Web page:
2023 Audi Q4 e-tron: Worth the Wait

Strong points
  • Great driving dynamics
  • Nice interior design
  • Decent range (388 km)
  • EV rebates apply (except for Sportback variant)
Weak points
  • Unreasonable delivery times
  • Output could be higher
  • One-pedal driving is not possible
  • Some plastics don’t live up to Audi’s reputation
Full report

The all-new Audi Q4 e-tron should have launched in Canada in the fall of 2021, but as it turned out customers had to wait an extra year. Dealers are now getting 8-10 units a month, which is nowhere near enough to meet demand for this highly attractive and competitively priced luxury electric crossover.

Heck, in some parts of the country, like Quebec, people who order a Q4 e-tron today probably won’t take delivery until 2024, maybe 2025.

I’ve had the opportunity to put two different models to the test in recent weeks including the standard Q4 e-tron and the coupe-like Sportback variant (pictured here). Starting at $69,800, with no base Komfort trim level that would lower the price, the latter is considerably more expensive and therefore not eligible to any EV rebates, whether at the federal or provincial level.

Photo: Antoine Joubert

On the other hand, the standard Q4 e-tron comes in Komfort trim starting at $59,950, meaning it qualifies for those rebates. The same holds true even if you select the Progressiv or Technik package that can push the price close to $80,000.

Looking at the competition, the Audi duo’s most direct threat comes from the Volvo XC40 Recharge and C40 Recharge, both of which retail from $59,950. And this is no coincidence.

More Than a Fancy ID.4

Despite arriving a year late, the Q4 e-tron is primed to enjoy success in the segment. Of course, it helps that the Mercedes-Benz EQB is only just hitting dealerships.

Believe me, Audi’s entry-level EV was worth the wait. Not only does it look very dapper, but it also proves more dynamic than the Volkswagen ID.4, which uses the same MEB platform, 82kWh battery and dual-motor powertrain. By the way, Canadian-spec models feature quattro all-wheel drive exclusively. In the U.S., a single-motor, rear-wheel drive variant with a 62kWh battery is available, as well.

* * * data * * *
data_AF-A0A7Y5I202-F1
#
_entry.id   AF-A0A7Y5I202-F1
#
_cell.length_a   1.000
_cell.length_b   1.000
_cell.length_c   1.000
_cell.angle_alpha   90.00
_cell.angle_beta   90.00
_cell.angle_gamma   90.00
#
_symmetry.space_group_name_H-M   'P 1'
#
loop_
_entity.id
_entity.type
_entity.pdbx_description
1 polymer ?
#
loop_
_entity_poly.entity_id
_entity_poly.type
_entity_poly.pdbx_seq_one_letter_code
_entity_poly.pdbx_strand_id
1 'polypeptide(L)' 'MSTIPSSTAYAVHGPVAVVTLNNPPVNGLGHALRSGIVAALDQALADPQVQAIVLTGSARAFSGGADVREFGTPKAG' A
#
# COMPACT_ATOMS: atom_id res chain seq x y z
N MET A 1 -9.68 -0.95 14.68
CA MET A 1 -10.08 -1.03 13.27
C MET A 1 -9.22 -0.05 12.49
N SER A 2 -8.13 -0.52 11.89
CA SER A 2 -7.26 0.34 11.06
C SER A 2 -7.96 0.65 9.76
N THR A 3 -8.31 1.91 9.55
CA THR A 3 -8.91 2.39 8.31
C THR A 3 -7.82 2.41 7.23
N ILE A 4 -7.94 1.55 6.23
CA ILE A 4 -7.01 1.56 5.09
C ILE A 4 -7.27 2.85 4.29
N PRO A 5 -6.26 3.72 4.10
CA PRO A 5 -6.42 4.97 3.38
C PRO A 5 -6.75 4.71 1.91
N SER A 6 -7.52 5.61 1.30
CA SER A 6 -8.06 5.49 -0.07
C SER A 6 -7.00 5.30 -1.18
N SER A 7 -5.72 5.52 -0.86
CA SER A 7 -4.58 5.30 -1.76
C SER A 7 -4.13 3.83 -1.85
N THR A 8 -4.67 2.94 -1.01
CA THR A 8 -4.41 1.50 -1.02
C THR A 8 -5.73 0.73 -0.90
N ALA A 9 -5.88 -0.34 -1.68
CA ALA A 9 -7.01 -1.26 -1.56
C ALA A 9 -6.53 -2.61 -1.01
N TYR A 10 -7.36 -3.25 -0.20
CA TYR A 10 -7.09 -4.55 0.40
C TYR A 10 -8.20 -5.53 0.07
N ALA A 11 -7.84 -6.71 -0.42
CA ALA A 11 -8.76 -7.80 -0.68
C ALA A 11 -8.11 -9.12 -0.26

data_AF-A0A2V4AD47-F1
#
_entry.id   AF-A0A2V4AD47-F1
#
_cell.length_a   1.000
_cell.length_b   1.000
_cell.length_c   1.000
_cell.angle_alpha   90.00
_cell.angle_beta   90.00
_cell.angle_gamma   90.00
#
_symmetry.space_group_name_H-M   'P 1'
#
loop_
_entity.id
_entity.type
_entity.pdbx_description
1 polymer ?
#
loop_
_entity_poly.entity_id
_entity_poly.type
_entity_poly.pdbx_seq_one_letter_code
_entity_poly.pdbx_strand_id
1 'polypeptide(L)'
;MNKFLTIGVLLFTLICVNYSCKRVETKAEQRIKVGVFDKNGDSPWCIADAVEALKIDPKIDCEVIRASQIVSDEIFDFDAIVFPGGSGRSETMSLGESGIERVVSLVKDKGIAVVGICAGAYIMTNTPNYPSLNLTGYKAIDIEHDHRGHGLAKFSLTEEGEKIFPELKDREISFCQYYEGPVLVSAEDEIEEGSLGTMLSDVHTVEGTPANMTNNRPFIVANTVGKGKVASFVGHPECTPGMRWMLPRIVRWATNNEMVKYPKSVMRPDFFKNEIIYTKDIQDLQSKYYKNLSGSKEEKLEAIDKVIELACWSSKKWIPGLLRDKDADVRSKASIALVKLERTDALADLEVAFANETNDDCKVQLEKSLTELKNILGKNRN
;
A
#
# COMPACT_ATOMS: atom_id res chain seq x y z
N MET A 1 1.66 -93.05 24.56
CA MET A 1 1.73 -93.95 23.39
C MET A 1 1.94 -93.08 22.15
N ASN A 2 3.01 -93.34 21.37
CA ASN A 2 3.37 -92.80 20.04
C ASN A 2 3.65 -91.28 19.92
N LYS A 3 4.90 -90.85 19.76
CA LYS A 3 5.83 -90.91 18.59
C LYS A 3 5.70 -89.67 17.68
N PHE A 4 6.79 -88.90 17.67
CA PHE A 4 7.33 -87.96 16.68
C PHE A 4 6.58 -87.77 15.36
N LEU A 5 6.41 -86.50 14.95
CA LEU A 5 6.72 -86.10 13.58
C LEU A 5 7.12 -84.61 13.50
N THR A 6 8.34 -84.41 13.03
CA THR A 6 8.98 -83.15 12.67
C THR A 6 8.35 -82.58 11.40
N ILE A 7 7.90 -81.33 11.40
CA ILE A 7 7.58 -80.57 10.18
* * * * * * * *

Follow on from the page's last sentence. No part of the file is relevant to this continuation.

Photo: Antoine Joubert

Unsurprisingly, maximum range is similar at 388 km, and so are charging times—about 7.5 hours using 240V AC current or 40 minutes when plugged into a DC fast charger (10-80 percent charge). Alas, one-pedal driving is possible with the ID.4 but not with the Q4 e-tron.

Volkswagen’s crossover may be quick and comfortable on the road, but it’s not particularly exciting to drive. Steering feels a tad disconnected and lacks feedback, while the suspension is not tuned with sporty handling in mind. Audi’s answer is quite the opposite. It feels lighter, more nimble and just more fun to drive—exactly like you’d expect a battery-powered Q5 to behave.

Output is clearly not on par with the Volvo offerings (402 horsepower) or the Genesis GV60 (314-483 horsepower) at 295 horsepower, but driving dynamics are easily some of the best in the segment. Same thing for interior refinement.

Fun fact: while the Sportback variant appears to have a smaller trunk due to the sloping roofline, it actually offers more cargo room than the standard Q4 e-tron (535 litres vs. 520 litres).

Photo: Antoine Joubert

Up front, the driver-centric layout is smartly designed with a user-friendly touchscreen. Wireless Apple CarPlay and Android Auto is included, too. The digital instruments are easy to read and can be supplemented with an augmented-reality head-up display.

Space is generous no matter where you sit, and the magnificently sculpted sport seats in Progressiv and Technik models make for a great driving position. Cabin design is nice, though some of the plastics don’t live up to Audi’s reputation.

Obviously, the higher you get up the ladder, the more features and amenities you’ll find. If you pick the top-line Technik package, your experience will be enhanced with an amazing Sonos audio system, heated windshield and semi-autonomous driving technology (which works remarkably well, I might add).

Photo: Antoine Joubert

Bottom Line

You’d think the Q4 e-tron Sportback’s hefty price would be a problem, especially considering the Volvo C40 Recharge is much cheaper, but demand is so strong that units simply come and go at Audi dealerships. Will the company add a lower-priced trim at some point? We’ll see.

Overall, the Q4 e-tron is an attractive and pleasant electric crossover that’s bound to enjoy success and retain tremendous value over time, like most vehicles in this segment. Hopefully Audi will find a way to increase production for the Canadian market.

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